Over time, however, we've seen the web of regulations born out of the law become nearly impossible to navigate without legal assistance. The Stark law has become so complex and burdensome that healthcare providers, legislators and even the bill's original sponsor have called for repealing the law in its current form, which has veered from the original intent.
In an era when we are now pushing our providers to work closely together to bring down costs, and in many cases share in the savings they create, we need to update the laws to ease the burden on providers and give the CMS more flexibility to approve waivers to providers who enter into these high-value arrangements.
Through bipartisan support, the Health Subcommittee is speaking with healthcare professionals across the country to identify unnecessary regulations that must be met at the cost of patient care. Working together, we can find a balance to maintain a system of accountability for providers that makes sense while protecting patients and providing quality care at a reasonable cost. The goal of the subcommittee in evaluating the Stark law is simple: better care for Medicare patients.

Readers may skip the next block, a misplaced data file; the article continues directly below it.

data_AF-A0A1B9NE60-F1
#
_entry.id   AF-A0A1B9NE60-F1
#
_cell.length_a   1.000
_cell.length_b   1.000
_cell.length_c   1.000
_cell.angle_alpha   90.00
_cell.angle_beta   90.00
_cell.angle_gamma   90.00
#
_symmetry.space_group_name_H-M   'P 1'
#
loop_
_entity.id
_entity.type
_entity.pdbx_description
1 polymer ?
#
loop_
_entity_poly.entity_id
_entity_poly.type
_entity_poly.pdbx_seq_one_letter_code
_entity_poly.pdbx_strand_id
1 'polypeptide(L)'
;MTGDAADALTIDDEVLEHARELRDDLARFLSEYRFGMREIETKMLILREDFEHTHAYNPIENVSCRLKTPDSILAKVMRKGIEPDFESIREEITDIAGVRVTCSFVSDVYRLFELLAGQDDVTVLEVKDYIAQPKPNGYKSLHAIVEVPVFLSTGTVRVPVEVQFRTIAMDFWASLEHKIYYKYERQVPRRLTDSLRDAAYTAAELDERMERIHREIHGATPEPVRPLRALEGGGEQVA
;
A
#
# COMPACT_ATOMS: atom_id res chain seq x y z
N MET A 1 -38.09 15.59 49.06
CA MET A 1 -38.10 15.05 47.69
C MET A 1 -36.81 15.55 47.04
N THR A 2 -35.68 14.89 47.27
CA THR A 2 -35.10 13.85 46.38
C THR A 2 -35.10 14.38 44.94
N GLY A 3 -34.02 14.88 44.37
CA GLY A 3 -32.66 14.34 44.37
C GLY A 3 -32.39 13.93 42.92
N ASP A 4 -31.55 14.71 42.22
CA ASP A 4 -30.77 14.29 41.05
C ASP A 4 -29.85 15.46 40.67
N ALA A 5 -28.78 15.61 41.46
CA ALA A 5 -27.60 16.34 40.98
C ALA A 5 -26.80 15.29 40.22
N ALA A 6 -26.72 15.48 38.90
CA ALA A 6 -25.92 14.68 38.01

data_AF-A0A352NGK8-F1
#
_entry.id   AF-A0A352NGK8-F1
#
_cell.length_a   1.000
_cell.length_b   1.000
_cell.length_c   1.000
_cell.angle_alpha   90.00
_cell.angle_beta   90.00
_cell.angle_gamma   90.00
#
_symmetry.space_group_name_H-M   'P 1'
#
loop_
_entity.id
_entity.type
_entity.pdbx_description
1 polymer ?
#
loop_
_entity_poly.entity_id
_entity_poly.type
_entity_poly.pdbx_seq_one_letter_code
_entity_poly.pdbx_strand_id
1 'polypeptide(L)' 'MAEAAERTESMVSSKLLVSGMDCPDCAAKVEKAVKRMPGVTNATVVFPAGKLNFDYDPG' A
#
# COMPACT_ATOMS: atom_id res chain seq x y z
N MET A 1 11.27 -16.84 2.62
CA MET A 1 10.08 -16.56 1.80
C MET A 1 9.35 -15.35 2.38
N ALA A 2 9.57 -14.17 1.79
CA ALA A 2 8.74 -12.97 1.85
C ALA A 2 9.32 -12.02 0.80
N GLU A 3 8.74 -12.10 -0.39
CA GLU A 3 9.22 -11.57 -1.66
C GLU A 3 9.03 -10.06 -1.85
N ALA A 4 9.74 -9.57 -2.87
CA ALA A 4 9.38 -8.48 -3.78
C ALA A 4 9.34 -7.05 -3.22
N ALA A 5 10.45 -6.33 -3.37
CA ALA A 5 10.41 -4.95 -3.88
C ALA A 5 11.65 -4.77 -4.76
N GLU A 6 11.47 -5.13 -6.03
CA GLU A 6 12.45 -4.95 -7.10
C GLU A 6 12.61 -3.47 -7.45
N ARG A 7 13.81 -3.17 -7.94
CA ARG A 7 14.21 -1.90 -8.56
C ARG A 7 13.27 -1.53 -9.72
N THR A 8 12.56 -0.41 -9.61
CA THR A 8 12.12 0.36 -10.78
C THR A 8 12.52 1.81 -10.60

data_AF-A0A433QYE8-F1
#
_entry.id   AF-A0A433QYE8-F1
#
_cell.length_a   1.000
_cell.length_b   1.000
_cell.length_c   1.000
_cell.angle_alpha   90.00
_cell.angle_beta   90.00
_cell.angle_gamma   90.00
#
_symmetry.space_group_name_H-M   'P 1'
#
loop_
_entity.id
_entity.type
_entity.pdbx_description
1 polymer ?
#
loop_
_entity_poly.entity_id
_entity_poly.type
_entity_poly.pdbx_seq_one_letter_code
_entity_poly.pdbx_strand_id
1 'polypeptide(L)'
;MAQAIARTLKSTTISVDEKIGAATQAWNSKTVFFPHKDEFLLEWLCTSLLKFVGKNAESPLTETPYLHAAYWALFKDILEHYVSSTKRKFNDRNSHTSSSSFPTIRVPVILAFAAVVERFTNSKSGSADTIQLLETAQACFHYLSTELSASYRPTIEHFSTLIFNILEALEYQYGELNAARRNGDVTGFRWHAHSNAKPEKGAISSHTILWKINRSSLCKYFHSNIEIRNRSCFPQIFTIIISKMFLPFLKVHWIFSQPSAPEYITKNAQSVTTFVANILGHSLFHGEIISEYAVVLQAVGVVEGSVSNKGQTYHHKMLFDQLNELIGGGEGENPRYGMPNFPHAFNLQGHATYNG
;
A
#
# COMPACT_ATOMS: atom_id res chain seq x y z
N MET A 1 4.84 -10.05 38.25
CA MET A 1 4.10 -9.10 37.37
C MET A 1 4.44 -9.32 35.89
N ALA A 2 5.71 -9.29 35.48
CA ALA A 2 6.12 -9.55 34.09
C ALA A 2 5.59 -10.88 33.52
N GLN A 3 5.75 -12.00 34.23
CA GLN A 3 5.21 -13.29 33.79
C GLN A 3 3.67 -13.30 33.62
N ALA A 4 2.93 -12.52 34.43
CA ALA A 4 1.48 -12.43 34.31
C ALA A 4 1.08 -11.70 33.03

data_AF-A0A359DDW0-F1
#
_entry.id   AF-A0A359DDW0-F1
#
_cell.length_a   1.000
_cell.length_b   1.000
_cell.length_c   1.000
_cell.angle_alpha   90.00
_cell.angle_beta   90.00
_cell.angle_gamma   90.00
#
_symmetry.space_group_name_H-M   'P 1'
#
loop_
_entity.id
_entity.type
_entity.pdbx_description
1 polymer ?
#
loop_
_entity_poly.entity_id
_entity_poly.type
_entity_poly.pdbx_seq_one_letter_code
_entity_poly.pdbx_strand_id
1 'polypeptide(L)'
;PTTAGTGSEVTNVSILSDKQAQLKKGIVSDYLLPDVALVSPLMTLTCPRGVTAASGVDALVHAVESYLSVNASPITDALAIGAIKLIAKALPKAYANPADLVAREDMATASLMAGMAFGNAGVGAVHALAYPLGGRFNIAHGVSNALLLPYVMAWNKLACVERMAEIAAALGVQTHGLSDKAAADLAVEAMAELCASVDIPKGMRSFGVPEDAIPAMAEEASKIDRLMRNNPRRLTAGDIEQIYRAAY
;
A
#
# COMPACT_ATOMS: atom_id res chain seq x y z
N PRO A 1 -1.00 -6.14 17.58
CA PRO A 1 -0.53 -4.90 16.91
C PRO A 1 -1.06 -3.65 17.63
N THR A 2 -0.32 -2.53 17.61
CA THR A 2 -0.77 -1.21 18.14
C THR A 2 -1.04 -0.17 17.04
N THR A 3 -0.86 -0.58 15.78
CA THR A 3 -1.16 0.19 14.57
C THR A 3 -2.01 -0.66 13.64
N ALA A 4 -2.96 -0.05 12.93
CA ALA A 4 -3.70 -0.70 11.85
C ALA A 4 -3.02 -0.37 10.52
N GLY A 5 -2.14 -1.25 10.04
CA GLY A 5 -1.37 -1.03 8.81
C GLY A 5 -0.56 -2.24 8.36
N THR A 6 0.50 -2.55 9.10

Our nation—in fact, our world—has seen significant technological advancements over the past 40 years; it's now time for our laws to catch up to the modern-day tools at our disposal in order to ensure we use these tools responsibly without hindering progress.
Regulations are often well-intended, and there is value to smart regulation for patient and provider protection. However, new regulations year after year have a compounding effect. Healthcare is constantly changing, and we need to review these rules as technologies and care delivery models change.
Hearings we've held on Stark law modernization and achievements through the Medicare Red Tape Relief Program offer members of the Ways and Means Health Subcommittee the opportunity to work together to find solutions that improve healthcare quality and safety.